Open Call: send us your Debounce code

If you’ve ever designed an embedded system with at least one button you’ve had to deal with button debouncing. This is also know as contact bounce, a phenomenon where a button press can be registered as multiple button presses if not handled correctly. One way to take care of this is with a hardware filter built from a resistor-capacitor setup, or by using a couple of NAND gates. We find that [Jack Ganssle] put together the most comprehensive and approachable look at contact bounce which you should read through if you want to learn more.

We’re interested in software solutions for debouncing buttons. This seems to be one of the most common forum questions but it can be hard to find answers in the form of reliable code examples. Do you have debounce code that you depend on in every application? Are you willing to share it with the world? We’d like to gather as many examples as possible and publish them in one-post-to-rule-them-all.

Send your debounce code to: debounce@hackaday.com

Here’s some guidelines to follow:

  • Please only include debounce code. Get rid of other unrelated functions/etc.
  • You should send C code. If you want to also send an assembly code version that’s fine, but it must be supplementary to the C code.
  • Please comment your code. This will help others understand and use it. You may be tempted to explain the code in your email but this info is best placed in the code comments
  • Cite your sources. If you adapted this code from someone else’s please include a note about that in the code comments.

As an example we’ve included one of our favorite sets of debounce code after the break. Please note how it follows the guidelines listed above.

/*--------------------------------------------------------------------------
10/13/2010: Button debounce code by Mike Szczys

based on "danni debounce" code by Peter Dannegger:

http://www.avrfreaks.net/index.php?name=PNphpBB2&file=viewtopic&p=189356#189356

This code detects and debounces button presses. It is tailored for use with
AVR microcontrollers but I've adapted it for other architectures easily and
successfully. It can be modified to use all eight bits on the same port
for up to eight buttons.

The interrupt service routine (ISR) at the bottom uses binary counter
variables (ct0 and ct1) to check the buttons once every 10ms until 40ms has
passed. If the button registeres the first and last times it reads it as
a keypress. There is no functionality in this code for detecting a held
button.
--------------------------------------------------------------------------*/

// F_CPU used by debounce to calculate 10ms interrupts
#define F_CPU 1200000

#include <avr/io.h>
#include <avr/interrupt.h>

//define pins used by buttons
#define KEY_DDR		DDRB
#define KEY_PORT	PORTB
#define KEY_PIN		PINB
#define KEY0		1	//Button on PB1
#define KEY1		2	//Button on PB2

//Debounce variables
unsigned char debounce_cnt = 0;
volatile unsigned char key_press;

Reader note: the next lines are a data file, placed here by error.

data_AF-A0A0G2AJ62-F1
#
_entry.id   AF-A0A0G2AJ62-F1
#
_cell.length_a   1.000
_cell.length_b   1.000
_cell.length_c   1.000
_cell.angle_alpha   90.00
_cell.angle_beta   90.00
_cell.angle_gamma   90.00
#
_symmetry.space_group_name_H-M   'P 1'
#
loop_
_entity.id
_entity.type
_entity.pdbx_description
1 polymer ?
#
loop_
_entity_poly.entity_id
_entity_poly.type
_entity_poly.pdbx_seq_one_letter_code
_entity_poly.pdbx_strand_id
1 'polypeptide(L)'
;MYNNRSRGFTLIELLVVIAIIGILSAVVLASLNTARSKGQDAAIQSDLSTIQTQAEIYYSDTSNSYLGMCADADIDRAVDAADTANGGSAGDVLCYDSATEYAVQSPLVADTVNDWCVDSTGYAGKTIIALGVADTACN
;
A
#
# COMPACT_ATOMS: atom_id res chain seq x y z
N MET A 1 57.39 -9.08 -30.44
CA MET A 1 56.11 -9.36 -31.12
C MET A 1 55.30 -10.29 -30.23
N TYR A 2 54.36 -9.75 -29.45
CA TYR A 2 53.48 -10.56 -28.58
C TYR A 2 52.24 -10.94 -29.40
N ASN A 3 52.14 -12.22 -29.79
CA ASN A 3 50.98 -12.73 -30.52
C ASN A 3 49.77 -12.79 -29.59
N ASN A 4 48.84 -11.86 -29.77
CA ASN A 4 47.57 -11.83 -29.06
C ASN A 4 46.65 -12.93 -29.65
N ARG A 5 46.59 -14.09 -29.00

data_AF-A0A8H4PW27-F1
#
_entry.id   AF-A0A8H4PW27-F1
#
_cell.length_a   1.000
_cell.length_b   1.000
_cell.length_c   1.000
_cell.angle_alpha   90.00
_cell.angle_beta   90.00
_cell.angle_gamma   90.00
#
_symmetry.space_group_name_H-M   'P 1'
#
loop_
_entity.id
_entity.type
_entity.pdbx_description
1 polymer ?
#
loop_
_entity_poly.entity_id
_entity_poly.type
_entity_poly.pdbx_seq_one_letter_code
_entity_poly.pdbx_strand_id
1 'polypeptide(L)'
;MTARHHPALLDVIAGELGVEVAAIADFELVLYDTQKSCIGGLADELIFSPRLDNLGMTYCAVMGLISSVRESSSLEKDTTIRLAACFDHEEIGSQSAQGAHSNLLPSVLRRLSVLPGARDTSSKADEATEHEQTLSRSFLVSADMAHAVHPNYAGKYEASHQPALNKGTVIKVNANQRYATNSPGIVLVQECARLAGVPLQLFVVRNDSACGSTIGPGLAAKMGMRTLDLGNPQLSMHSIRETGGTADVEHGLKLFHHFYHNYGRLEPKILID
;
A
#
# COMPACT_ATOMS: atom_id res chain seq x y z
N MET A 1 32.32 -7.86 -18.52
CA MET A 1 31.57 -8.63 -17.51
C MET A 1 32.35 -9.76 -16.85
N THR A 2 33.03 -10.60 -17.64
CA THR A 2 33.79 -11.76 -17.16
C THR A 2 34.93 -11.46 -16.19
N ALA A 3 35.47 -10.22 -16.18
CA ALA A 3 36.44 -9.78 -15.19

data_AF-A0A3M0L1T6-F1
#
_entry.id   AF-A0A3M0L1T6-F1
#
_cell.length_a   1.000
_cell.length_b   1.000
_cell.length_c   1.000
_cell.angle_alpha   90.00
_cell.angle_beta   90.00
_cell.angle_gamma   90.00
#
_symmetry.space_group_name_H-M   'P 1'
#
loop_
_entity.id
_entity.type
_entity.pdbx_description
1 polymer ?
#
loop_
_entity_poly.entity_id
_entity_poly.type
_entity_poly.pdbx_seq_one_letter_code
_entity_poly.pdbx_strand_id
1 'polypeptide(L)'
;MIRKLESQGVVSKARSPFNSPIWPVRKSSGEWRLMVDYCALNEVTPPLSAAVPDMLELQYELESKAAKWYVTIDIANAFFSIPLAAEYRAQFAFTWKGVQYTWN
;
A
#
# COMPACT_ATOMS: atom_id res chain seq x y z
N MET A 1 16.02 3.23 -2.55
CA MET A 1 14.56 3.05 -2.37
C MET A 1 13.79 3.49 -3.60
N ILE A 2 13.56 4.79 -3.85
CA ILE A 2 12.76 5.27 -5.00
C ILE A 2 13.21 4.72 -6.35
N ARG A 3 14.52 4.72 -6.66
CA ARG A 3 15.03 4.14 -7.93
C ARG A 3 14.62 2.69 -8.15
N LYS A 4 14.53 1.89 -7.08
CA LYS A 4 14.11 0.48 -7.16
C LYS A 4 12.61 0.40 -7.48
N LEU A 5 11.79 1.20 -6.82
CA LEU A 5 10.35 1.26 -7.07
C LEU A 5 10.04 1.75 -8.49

unsigned char key_state;

/*--------------------------------------------------------------------------
  Prototypes
--------------------------------------------------------------------------*/
unsigned char get_key_press( unsigned char key_mask );
void init_timers(void);
void init_io(void);

/*--------------------------------------------------------------------------
  FUNC: 10/13/10 - Used to read debounced button presses
  PARAMS: A keymask corresponding to the pin for the button you with to poll
  RETURNS: A keymask where any high bits represent a button press
--------------------------------------------------------------------------*/
unsigned char get_key_press( unsigned char key_mask )
{
  cli();			// read and clear atomic !
  key_mask &= key_press;	// read key(s)
  key_press ^= key_mask;	// clear key(s)
  sei();			// enable interrupts
  return key_mask;
}

/*--------------------------------------------------------------------------
  FUNC: 10/13/10 - Sets and starts a system timer
  PARAMS: NONE
  RETURNS: NONE
--------------------------------------------------------------------------*/
void init_timers(void)
{
  cli();			// read and clear atomic !
  //Timer0 for buttons
  TCCR0B |= 1<<CS02 | 1<<CS00;	//Divide by 1024
  TIMSK0 |= 1<<TOIE0;		//enable timer overflow interrupt
  sei();			// enable interrupts
}

/*--------------------------------------------------------------------------
  FUNC: 10/13/10 - Initialize input and output registers
  PARAMS: NONE
  RETURNS: NONE
--------------------------------------------------------------------------*/
void init_io(void)
{
  //Setup Buttons
  KEY_DDR &= ~((1<<KEY0) | (1<<KEY1));	//Set pins as input
  KEY_PORT |= (1<<KEY0) | (1<<KEY1);	//enable pull-up resistors
}

/*--------------------------------------------------------------------------
  FUNC: 10/13/10 - Main
--------------------------------------------------------------------------*/
int main(void)
{
  init_timers();	//start the timer
  init_io();		//setup the buttons

  for (;;) //loop forever
  {
    if( get_key_press( 1<<KEY0 ))
    {
      //KEY0 press detected. Do something here
    }

    if (get_key_press( 1<<KEY1 ))
    {
      //KEY1 press detected. Do something here
    }
  }
}

//--------------------------------------------------------------------------
ISR(TIM0_OVF_vect)           // interrupt every 10ms
{
  static unsigned char ct0, ct1;
  unsigned char i;

  //TCNT0 is where TIMER0 starts counting. This calculates a value based on
  //the system clock speed that will cause the timer to reach an overflow